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Feb 21, 2012 11:21 AMPublication: The Southampton Press

Report: Old Septic System At ANG Base Does Not Pose Threat

Feb 21, 2012 2:08 PM

A recently completed environmental assessment report has concluded that no additional remediation is necessary to remove pollutants near the site of the old septic systems once used by the Air National Guard base at Gabreski Airport in Westhampton.

Completed by PEER Consultants PC in Knoxville, Tennessee, the report, dubbed the Proposed Remedial Action Plan (PRAP), has determined that the site in question, located near the southwest corner of the airport and along Old Riverhead Road, does not pose a health threat. The document also concludes that no further cleanup of the area is necessary.

Members of the public are invited to comment on the findings of the report during a special meeting scheduled for tonight, Thursday, February 23, from 6:30 to 8 p.m., in the meeting room of the Westhampton Free Library on Library Avenue in Westhampton Beach. A copy of the PRAP is now available at the library for review, and residents can submit their written opinions of the plan until Monday, March 5.

Prior to scheduling the hearing, the ANG submitted its final draft of the PRAP to the New York State Department of Environmental Conservation, which signed off on the document.

According to the document, geologists have determined, following an examination of the soil and drinking water in the area over 14 years, that the groundwater near the former septic tanks is safe. The report concludes that quantities of silver found in subsurface soils and traces of copper discovered in nearby groundwater samples had not migrated and, therefore, do not pose a threat to humans.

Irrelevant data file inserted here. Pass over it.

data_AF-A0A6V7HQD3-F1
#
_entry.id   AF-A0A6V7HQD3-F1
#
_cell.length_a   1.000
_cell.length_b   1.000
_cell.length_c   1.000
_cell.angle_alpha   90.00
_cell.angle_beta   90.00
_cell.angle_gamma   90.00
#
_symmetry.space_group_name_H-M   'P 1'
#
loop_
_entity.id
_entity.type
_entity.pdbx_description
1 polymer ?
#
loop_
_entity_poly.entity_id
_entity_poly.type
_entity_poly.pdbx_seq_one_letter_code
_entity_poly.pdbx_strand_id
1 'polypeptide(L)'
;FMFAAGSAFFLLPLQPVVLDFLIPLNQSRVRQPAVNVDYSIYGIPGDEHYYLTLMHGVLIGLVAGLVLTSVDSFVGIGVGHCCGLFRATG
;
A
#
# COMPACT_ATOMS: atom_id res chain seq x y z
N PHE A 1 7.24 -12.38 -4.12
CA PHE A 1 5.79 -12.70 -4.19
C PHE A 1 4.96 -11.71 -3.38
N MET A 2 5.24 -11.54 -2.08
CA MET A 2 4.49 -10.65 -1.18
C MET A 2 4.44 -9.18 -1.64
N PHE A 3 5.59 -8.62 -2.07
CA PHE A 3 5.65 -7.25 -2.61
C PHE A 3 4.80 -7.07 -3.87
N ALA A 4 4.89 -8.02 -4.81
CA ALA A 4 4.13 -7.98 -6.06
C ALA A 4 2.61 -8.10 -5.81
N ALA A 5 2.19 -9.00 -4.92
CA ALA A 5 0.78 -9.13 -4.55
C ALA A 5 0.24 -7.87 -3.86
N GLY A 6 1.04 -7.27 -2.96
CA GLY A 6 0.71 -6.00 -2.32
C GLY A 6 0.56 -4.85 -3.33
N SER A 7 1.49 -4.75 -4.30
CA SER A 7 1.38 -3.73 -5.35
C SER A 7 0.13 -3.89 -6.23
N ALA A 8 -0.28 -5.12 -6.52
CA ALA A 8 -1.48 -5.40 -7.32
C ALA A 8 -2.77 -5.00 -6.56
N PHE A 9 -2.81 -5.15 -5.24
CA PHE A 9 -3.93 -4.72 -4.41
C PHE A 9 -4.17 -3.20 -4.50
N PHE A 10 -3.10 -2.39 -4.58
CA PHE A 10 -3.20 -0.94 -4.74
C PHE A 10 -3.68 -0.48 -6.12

Geologist Richard Stout, who is the project manager for Peer Consultants, explained that the two metals are present because someone, at some point, improperly disposed of a chemical down a drain.

“People are more educated now about medication disposal and that sort of thing, so it doesn’t happen as much,” Mr. Stout added.

Other contaminants left over from fuel combustion were also found in the area, with negligible levels unearthed in 2005, according to the report.

The report states that environmental studies of the land, dubbed Site 8, had been conducted between 1991 and 2005. During remedial action conducted in 2002, the base’s septic system, which could have posed a pollution threat at the time, was “either removed or abandoned,” according to the document.

Officials with Peer Consultants conducted an additional investigation of the site in 2005, at which point they closed the case and began preparing drafts of the PRAP. Mr. Stout said the process of preparing the report and submitting it for review has taken several years.

ANG officials initiated the cleanup as part of their environmental restoration program. Mr. Stout said that, at this time, the amount of contaminants found at Site 8 are well below the levels that would have required remediation. He also said that officials will explain the report during tonight’s informational meeting.

“By law, the public has input into the process,” Mr. Stout said “At the public meeting we compile comments and review them, answering those questions in the responsiveness summary.”

That summary will then be turned over to both the ANG and DEC. If the public’s concerns have been addressed, the report will then be finalized.

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